Machine learning and other artificial intelligence (AI) methods have had immense success with scientific and technical tasks such as predicting how protein molecules fold and recognising faces in a crowd. However, the application of these methods to the humanities are yet to be fully explored.
Copyright: theconversation.com – “AI, philosophy and religion: what machine learning can tell us about the Bhagavad Gita”
analyse English translations of the Bhagavad Gita, an ancient Hindu text written originally in Sanskrit.
Using a deep learning-based language model called BERT, we studied sentiment (emotions) and semantics (meanings) in the translations. Despite huge variations in vocabulary and sentence structure, we found that the patterns of emotion and meaning were broadly similar in all three.
This research opens a path to the use of AI-based technologies for comparing translations and reviewing sentiments in a wide range of texts.
An ancient book of wisdom
The Bhagavad Gita is one of the central Hindu sacred and philosophical texts. Written more than 2,000 years ago, it has been translated into more than 100 languages and has been of interest to western philosophers since the 18th century.
The 700-verse poem is a part of the larger Mahabharata epic, which recounts the events of an ancient war believed to have occurred at Kurukshetra near modern-day Delhi in India.
The text of the Bhagavad Gita relates a conversation between the Hindu deity Lord Krishna and a prince called Arjuna. They discuss whether a soldier should go to war for ethics and duty (or “dharma”) if they have close friends or family on the opposing side.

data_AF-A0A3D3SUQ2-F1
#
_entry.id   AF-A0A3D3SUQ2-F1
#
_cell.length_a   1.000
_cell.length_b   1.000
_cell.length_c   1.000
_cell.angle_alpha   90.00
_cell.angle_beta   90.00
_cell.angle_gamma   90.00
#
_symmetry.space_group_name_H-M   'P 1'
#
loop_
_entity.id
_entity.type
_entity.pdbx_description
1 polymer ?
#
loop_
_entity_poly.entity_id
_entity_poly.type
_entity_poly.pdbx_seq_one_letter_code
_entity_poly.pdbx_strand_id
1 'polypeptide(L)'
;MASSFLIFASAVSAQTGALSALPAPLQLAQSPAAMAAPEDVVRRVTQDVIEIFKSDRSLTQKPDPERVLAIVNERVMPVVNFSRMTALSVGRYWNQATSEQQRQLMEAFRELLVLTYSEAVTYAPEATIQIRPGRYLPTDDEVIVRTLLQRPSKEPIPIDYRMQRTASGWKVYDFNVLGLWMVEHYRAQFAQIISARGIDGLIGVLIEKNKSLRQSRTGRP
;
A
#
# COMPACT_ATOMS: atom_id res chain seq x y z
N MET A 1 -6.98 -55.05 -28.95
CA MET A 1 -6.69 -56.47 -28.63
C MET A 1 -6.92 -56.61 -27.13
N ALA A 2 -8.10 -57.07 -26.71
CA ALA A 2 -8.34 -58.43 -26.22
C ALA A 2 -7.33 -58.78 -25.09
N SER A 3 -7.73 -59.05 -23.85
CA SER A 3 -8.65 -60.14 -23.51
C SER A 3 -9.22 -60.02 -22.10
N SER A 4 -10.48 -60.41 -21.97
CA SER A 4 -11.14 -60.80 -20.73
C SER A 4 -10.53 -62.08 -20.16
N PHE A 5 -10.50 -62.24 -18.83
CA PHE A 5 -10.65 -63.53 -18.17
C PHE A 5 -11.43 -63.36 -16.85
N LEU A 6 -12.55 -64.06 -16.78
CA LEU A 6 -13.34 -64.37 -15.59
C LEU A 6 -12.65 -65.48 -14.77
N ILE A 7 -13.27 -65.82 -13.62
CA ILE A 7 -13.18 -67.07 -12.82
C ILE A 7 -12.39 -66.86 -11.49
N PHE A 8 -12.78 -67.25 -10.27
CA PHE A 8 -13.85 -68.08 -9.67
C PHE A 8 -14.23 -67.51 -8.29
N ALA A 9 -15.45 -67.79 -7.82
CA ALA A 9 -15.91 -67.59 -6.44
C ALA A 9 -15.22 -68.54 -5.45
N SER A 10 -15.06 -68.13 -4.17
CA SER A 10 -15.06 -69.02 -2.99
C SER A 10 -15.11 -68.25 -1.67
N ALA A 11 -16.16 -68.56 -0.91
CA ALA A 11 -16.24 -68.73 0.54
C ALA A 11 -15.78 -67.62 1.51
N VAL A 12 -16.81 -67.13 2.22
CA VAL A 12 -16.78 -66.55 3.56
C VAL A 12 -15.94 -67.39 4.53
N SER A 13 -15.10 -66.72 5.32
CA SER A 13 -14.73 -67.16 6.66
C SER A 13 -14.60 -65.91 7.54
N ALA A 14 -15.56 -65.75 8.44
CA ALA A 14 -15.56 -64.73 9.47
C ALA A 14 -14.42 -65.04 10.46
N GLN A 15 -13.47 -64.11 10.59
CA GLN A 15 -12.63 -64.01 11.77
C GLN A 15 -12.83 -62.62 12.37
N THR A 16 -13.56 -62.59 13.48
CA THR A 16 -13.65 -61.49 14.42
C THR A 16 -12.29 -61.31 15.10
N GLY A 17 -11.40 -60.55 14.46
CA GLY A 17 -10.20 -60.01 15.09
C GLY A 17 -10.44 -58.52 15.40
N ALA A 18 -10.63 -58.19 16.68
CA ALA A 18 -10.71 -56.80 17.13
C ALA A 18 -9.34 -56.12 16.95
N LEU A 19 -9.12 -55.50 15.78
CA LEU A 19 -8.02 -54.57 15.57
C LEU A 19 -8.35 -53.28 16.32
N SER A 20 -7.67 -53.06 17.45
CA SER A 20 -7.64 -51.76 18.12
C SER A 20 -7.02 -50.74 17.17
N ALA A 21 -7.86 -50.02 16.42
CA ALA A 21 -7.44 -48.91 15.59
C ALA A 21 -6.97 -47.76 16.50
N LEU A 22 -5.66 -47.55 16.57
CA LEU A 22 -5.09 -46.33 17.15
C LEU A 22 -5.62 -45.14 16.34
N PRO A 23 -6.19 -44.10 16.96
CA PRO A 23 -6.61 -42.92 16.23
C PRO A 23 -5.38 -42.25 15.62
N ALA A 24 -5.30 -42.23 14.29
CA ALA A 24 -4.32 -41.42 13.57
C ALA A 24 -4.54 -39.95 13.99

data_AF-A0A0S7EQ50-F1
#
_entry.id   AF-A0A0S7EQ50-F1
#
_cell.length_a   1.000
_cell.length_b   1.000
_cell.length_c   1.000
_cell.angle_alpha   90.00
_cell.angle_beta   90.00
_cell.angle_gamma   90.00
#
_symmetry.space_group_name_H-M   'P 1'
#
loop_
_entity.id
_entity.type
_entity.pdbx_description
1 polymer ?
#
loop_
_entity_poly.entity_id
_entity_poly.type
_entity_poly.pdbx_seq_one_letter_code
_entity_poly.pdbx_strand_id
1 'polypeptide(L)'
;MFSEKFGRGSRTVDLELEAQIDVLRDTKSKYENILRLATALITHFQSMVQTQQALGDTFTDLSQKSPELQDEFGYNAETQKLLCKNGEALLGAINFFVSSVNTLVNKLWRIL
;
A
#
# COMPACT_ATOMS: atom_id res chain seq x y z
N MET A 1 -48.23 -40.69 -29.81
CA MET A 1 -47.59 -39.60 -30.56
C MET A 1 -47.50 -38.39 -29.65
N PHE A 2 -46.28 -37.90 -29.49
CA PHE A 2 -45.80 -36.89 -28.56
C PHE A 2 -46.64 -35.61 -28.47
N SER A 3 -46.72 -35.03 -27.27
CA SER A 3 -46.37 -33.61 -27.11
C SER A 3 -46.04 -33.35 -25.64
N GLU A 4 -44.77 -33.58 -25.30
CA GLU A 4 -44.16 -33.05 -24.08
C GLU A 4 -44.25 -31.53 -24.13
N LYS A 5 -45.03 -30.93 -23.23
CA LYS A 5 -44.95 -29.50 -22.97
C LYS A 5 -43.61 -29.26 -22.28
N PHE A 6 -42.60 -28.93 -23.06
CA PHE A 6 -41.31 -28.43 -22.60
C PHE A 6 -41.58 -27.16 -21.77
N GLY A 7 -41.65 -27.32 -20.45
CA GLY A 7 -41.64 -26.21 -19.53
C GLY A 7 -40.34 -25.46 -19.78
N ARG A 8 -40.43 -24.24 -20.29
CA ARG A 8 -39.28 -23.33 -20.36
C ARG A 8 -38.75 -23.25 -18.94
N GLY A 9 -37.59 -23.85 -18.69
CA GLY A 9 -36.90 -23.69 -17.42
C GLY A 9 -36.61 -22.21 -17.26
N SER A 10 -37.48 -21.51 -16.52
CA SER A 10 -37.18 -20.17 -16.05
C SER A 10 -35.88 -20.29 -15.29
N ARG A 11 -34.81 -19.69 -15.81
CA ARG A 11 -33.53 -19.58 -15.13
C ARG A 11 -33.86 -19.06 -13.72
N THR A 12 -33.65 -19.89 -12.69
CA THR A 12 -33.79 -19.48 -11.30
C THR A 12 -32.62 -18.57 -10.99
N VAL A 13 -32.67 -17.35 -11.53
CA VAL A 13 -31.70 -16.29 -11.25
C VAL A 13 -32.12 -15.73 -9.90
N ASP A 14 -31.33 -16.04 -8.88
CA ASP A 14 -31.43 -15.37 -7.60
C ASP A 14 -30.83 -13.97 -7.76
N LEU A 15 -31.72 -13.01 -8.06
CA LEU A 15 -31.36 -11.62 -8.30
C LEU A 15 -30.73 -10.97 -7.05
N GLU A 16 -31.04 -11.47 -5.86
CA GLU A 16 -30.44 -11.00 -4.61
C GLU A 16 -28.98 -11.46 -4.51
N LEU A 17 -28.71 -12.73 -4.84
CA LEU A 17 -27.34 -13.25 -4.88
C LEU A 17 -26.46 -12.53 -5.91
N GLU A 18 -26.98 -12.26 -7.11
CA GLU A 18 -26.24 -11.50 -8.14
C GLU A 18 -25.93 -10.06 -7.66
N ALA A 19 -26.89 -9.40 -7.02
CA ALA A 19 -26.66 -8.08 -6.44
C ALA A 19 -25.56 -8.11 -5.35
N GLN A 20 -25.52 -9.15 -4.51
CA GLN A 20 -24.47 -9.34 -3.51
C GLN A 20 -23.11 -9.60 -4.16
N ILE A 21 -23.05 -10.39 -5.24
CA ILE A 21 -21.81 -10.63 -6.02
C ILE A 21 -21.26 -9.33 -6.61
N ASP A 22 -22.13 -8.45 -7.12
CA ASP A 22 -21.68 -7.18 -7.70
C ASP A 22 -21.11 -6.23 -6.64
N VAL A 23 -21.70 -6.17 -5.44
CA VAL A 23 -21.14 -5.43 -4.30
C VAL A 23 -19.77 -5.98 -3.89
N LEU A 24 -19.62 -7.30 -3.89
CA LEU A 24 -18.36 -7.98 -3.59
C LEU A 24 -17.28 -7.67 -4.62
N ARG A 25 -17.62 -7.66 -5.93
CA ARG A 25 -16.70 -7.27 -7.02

The text has been instrumental in laying the foundations of Hinduism. Among many other things, it is where the philosophy of karma (a spiritual principle of cause and effect) originates.
Scholars have also regarded the Bhagavad Gita as a book of psychology, management, leadership and conflict resolution.
There have been countless English translations of the Bhagavad Gita, but there is not much work that validates their quality. Translations of songs and poems not only break rhythm and rhyming patterns, but can also result in the loss of semantic information.
In our research, we used deep learning language models to analyse three selected translations of the Bhagavad Gita (from Sanskrit to English) with semantic and sentiment analyses which help in the evaluation of translation quality.[…]
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